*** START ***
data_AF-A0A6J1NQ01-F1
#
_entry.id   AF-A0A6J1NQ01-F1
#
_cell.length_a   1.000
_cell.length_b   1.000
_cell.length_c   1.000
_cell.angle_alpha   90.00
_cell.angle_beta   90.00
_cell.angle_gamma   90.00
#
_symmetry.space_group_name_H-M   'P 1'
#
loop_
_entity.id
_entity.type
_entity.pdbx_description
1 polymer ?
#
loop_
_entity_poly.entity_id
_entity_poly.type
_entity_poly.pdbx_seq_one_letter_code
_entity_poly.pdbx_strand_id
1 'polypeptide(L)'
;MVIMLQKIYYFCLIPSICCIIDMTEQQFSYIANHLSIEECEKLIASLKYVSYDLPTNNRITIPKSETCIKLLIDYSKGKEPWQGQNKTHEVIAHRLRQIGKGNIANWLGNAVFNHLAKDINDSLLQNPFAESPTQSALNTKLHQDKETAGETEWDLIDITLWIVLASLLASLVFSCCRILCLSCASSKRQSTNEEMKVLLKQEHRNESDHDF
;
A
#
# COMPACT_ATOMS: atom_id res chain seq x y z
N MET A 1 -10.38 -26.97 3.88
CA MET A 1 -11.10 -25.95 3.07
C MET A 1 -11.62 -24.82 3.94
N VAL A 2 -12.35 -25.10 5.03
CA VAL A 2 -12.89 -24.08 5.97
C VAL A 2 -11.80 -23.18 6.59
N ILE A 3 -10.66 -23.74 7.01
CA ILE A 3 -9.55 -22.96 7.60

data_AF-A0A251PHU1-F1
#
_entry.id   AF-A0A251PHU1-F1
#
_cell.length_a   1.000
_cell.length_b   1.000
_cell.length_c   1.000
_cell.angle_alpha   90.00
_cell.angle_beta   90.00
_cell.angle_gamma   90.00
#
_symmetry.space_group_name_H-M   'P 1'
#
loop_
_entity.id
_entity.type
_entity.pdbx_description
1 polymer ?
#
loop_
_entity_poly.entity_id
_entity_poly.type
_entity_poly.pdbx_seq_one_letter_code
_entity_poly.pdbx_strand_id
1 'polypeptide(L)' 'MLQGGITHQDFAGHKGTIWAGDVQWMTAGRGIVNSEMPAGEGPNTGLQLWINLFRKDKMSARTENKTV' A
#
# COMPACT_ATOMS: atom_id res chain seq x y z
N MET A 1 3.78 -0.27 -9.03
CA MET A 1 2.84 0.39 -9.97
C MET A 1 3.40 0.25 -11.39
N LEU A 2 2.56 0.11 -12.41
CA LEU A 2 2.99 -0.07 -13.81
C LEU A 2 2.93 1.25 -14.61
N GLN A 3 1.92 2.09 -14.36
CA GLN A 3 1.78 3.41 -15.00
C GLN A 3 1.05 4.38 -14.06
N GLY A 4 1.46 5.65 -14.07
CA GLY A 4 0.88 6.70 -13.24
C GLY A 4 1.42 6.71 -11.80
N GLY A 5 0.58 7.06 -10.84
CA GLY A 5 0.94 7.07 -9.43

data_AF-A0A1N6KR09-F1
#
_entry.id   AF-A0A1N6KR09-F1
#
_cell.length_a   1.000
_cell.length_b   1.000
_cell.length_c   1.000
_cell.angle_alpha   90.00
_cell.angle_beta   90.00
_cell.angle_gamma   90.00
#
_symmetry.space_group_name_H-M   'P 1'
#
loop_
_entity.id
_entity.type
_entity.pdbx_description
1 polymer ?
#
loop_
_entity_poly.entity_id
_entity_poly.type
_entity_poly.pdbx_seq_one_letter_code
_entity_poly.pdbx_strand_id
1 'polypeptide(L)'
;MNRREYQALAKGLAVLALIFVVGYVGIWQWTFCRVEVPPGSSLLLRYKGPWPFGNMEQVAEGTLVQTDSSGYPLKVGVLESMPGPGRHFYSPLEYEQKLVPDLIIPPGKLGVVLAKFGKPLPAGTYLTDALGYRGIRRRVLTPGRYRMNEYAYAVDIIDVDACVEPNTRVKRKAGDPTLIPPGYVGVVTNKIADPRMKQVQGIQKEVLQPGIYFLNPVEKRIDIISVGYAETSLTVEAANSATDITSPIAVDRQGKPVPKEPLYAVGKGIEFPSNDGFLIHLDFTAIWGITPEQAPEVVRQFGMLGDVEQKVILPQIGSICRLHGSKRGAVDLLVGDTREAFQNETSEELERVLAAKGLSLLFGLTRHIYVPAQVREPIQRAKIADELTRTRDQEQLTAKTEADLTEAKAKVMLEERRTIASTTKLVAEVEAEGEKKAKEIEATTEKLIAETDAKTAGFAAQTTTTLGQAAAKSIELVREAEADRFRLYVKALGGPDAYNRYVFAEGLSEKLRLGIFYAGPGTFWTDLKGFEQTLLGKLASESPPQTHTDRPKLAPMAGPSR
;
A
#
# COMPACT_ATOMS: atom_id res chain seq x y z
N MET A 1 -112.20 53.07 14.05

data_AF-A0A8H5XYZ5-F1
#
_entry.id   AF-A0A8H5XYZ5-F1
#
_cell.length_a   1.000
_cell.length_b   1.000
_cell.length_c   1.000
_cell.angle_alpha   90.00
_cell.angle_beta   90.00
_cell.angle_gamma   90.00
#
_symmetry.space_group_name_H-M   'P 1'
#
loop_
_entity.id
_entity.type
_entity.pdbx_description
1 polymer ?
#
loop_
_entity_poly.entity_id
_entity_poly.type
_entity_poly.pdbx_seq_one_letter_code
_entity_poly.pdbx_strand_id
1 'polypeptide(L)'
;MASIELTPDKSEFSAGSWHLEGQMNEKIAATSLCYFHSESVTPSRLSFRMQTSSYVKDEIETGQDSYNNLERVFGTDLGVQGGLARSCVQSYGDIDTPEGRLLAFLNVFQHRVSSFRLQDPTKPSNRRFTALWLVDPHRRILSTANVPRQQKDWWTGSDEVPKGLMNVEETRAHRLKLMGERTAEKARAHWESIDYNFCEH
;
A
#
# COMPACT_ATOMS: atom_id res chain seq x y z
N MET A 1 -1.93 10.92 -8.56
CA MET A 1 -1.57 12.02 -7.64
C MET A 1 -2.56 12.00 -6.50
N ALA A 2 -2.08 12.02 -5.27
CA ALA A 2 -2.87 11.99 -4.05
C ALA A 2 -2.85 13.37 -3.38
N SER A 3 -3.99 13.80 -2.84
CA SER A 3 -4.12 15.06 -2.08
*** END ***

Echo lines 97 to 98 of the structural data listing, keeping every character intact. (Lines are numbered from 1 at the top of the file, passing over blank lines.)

1 polymer ?
#